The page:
2. InternalID columns values in @MasterData and @DetailData should start with 1. This is important!

So we know the order in what identity values are generated. If our InternalIds in the tables are the same (started with 1), we can use it the approach below.

This should do the work. Code can be downloaded here 

Sunday T-SQL Tips: Inserted, Deleted tables and OUTPUT clause (Part 3 – Merge and insert of the master/detail data)

Last Sunday we saw what we can do with the MERGE statement and OUTPUT clause. Today I want to show you the practical angle of this feature.

Let’s assume you want to insert packet of master/detail rows in the situation when Master table has ID as identity field.

This is the trivial task if you have only one master row – you can accomplish it with insert statement, get the identity with @@identity or SCOPE_IDENTITY() and next perform insert of the detail rows. The situation is more complicated if you have multiple master-detail rows in the packets. In such case MERGE and OUTPUT would help. First of all, you need to have “internal” unique ID to link master and detail rows in the packets. Let’s see that:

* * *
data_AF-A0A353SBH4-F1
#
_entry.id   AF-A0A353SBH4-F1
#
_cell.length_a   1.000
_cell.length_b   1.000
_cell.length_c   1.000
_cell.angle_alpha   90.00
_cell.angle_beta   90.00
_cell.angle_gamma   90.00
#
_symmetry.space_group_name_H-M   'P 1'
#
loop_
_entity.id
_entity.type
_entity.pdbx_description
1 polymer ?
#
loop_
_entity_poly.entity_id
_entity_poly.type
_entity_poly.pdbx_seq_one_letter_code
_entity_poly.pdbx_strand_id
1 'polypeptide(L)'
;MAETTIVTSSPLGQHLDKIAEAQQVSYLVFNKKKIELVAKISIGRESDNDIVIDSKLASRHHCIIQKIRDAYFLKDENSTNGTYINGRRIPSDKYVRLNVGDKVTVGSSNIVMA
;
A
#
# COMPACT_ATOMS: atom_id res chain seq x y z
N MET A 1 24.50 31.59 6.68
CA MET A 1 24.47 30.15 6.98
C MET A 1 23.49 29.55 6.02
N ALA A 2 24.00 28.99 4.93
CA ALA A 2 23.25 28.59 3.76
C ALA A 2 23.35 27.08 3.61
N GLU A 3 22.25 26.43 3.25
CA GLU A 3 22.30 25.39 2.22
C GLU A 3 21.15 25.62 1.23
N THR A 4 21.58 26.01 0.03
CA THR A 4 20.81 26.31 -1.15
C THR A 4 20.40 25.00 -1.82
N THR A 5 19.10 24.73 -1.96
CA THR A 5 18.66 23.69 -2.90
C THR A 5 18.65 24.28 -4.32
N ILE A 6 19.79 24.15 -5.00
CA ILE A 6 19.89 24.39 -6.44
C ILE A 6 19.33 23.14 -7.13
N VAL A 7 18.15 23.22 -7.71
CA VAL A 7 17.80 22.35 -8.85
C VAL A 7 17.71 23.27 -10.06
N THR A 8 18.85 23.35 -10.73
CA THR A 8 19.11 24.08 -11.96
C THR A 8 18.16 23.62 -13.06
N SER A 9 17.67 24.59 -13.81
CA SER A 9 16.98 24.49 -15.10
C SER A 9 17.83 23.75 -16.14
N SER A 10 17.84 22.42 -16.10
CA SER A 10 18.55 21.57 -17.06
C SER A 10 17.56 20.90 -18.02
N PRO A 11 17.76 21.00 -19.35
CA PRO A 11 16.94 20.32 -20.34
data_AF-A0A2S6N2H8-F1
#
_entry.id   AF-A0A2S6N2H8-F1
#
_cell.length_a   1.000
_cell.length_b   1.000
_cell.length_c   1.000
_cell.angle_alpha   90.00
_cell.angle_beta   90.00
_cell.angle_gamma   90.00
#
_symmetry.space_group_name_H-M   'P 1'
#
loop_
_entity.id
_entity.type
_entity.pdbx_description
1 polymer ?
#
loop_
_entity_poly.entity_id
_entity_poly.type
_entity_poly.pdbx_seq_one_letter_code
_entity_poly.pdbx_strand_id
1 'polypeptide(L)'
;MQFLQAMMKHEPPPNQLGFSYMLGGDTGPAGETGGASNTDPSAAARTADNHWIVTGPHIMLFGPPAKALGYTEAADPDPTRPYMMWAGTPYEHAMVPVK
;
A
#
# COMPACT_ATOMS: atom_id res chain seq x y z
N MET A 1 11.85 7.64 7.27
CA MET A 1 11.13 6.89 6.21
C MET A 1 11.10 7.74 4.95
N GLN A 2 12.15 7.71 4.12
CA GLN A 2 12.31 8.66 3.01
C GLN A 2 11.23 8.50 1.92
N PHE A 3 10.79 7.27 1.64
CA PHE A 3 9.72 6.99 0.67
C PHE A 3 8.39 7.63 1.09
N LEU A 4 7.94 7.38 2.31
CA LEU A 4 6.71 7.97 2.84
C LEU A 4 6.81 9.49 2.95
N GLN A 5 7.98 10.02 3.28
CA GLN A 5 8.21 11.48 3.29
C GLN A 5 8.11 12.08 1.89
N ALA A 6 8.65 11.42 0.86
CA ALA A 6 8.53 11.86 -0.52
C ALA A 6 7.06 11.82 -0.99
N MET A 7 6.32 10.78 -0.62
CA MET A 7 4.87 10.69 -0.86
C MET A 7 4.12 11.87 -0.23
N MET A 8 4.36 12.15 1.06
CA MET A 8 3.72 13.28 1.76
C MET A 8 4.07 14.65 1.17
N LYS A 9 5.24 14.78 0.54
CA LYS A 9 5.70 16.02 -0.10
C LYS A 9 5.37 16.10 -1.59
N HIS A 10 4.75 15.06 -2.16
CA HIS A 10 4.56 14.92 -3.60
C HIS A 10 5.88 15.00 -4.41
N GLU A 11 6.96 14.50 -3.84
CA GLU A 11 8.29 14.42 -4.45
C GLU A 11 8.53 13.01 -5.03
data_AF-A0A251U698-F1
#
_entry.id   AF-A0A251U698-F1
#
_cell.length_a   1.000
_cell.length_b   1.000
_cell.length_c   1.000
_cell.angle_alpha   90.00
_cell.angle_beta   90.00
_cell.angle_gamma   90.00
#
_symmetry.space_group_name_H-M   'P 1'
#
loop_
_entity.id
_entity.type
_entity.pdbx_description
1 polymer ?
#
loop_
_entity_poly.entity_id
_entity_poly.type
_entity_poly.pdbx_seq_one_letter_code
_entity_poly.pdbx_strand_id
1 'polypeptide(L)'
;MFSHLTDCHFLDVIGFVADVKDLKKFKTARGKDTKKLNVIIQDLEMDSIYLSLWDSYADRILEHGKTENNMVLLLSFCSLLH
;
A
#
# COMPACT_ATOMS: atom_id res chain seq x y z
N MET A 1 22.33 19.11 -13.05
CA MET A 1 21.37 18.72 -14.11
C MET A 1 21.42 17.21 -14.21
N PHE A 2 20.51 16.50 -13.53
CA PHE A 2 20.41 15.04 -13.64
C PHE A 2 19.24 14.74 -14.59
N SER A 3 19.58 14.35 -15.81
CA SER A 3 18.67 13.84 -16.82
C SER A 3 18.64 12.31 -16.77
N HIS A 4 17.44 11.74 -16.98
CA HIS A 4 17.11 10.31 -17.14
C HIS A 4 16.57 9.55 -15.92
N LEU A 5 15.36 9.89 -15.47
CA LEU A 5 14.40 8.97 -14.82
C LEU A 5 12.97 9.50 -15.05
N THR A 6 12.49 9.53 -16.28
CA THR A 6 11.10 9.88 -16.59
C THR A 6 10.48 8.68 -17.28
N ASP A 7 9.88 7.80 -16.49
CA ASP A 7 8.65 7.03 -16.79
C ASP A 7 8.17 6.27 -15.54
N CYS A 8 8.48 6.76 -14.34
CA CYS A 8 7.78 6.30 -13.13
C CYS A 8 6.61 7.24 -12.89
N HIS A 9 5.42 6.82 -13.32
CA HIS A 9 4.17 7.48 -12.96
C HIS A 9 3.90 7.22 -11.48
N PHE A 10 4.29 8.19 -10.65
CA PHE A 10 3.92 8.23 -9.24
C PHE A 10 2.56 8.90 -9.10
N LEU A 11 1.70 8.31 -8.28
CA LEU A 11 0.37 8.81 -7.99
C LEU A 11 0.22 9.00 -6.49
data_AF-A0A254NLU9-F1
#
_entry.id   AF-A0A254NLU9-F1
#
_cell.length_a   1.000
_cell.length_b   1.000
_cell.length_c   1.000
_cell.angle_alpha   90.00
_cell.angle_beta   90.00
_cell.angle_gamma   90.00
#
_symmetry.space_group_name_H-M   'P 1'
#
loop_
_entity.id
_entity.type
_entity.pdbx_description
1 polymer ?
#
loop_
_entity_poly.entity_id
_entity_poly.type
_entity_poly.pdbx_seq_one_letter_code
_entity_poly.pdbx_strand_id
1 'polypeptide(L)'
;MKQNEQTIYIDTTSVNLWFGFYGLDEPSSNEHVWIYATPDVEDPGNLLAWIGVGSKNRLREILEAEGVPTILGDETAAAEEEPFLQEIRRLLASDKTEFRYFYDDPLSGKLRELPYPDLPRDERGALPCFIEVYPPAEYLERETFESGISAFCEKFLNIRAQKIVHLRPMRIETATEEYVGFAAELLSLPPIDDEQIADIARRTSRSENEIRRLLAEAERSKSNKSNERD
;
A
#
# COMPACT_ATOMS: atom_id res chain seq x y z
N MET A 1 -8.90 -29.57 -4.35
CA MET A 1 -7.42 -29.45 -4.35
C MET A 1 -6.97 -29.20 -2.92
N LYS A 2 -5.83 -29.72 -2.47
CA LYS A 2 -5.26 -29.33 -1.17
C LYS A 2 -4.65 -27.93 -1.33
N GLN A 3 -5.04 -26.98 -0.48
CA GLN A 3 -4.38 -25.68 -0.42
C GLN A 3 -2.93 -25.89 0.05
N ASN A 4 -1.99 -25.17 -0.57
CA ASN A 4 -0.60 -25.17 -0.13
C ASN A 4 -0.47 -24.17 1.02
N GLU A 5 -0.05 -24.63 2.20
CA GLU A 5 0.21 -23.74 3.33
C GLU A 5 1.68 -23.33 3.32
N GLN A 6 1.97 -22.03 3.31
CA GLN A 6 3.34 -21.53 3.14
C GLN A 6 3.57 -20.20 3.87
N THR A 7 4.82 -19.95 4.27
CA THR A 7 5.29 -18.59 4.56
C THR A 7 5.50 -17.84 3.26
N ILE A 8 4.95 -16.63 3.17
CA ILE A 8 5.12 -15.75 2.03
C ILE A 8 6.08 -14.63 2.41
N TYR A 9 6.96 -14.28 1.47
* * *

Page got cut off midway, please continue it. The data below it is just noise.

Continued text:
Next, you need to insert the data to the master table with the MERGE operator and get both – internal ID and inserted (identity) ID from the packet. After that you can use simple insert statement.

Code can be downloaded from here

Sunday T-SQL Tips: Inserted, Deleted tables and OUTPUT clause (Part 2 – Merge statement)

Last Sunday we saw how we can intercept new and old values from the row during insert/update/delete operations with OUTPUT clause. Even if it’s very powerful mechanism, there is one very important limitation. You can intercept only values from the row of the table that gets updated.

So, for example, if you have:

you can intercept the values from DestTable rows but you cannot get any values from SourceTable rows.

In SQL Server 2005 you’re stuck. Fortunately SQL Server 2008 has the solution for that problem – Merge operator.

So what is MERGE? In short – it’s insert/update/delete operator  – all-in-one. Assuming you have a source table and need to do that batch update based on another table. So you need to delete rows on the source table that do not exist in the second table, insert new rows from the second table and update modified rows. Let’s see that: